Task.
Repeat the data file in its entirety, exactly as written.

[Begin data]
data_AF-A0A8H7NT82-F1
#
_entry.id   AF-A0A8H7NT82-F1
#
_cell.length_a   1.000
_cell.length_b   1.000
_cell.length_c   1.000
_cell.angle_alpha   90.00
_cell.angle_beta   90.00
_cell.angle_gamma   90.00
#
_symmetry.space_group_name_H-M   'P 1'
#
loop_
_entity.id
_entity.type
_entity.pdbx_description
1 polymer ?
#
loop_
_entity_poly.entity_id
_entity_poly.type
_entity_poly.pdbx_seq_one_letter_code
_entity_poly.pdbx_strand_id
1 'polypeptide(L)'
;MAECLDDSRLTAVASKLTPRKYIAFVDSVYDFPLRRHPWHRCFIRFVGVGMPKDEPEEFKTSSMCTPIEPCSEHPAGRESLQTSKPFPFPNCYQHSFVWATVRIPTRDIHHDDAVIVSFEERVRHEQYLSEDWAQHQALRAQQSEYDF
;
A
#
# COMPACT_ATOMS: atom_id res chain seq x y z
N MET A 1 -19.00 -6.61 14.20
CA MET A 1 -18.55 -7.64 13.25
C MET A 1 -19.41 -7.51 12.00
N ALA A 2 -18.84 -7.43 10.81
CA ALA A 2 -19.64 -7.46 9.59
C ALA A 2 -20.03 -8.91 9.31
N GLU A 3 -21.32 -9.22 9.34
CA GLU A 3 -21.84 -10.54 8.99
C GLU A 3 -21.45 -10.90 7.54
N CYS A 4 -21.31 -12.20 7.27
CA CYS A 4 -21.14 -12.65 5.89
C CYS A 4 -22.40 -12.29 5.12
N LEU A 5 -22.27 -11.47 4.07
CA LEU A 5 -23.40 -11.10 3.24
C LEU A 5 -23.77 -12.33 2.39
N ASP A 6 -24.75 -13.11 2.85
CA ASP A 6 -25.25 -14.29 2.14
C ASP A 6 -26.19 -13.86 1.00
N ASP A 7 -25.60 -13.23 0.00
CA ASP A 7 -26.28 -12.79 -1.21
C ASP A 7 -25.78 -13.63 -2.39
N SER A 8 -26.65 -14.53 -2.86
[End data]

data_AF-A0A8H7NT82-F1
#
_entry.id   AF-A0A8H7NT82-F1
#
_cell.length_a   1.000
_cell.length_b   1.000
_cell.length_c   1.000
_cell.angle_alpha   90.00
_cell.angle_beta   90.00
_cell.angle_gamma   90.00
#
_symmetry.space_group_name_H-M   'P 1'
#
loop_
_entity.id
_entity.type
_entity.pdbx_description
1 polymer ?
#
loop_
_entity_poly.entity_id
_entity_poly.type
_entity_poly.pdbx_seq_one_letter_code
_entity_poly.pdbx_strand_id
1 'polypeptide(L)'
;MAECLDDSRLTAVASKLTPRKYIAFVDSVYDFPLRRHPWHRCFIRFVGVGMPKDEPEEFKTSSMCTPIEPCSEHPAGRESLQTSKPFPFPNCYQHSFVWATVRIPTRDIHHDDAVIVSFEERVRHEQYLSEDWAQHQALRAQQSEYDF
;
A
#
# COMPACT_ATOMS: atom_id res chain seq x y z
N MET A 1 -19.00 -6.61 14.20
CA MET A 1 -18.55 -7.64 13.25
C MET A 1 -19.41 -7.51 12.00
N ALA A 2 -18.84 -7.43 10.81
CA ALA A 2 -19.64 -7.46 9.59
C ALA A 2 -20.03 -8.91 9.31
N GLU A 3 -21.32 -9.22 9.34
CA GLU A 3 -21.84 -10.54 8.99
C GLU A 3 -21.45 -10.90 7.54
N CYS A 4 -21.31 -12.20 7.27
CA CYS A 4 -21.14 -12.65 5.89
C CYS A 4 -22.40 -12.29 5.12
N LEU A 5 -22.27 -11.47 4.07
CA LEU A 5 -23.40 -11.10 3.24
C LEU A 5 -23.77 -12.33 2.39
N ASP A 6 -24.75 -13.11 2.85
CA ASP A 6 -25.25 -14.29 2.14
C ASP A 6 -26.19 -13.86 1.00
N ASP A 7 -25.60 -13.23 0.00
CA ASP A 7 -26.28 -12.79 -1.21
C ASP A 7 -25.78 -13.63 -2.39
N SER A 8 -26.65 -14.53 -2.86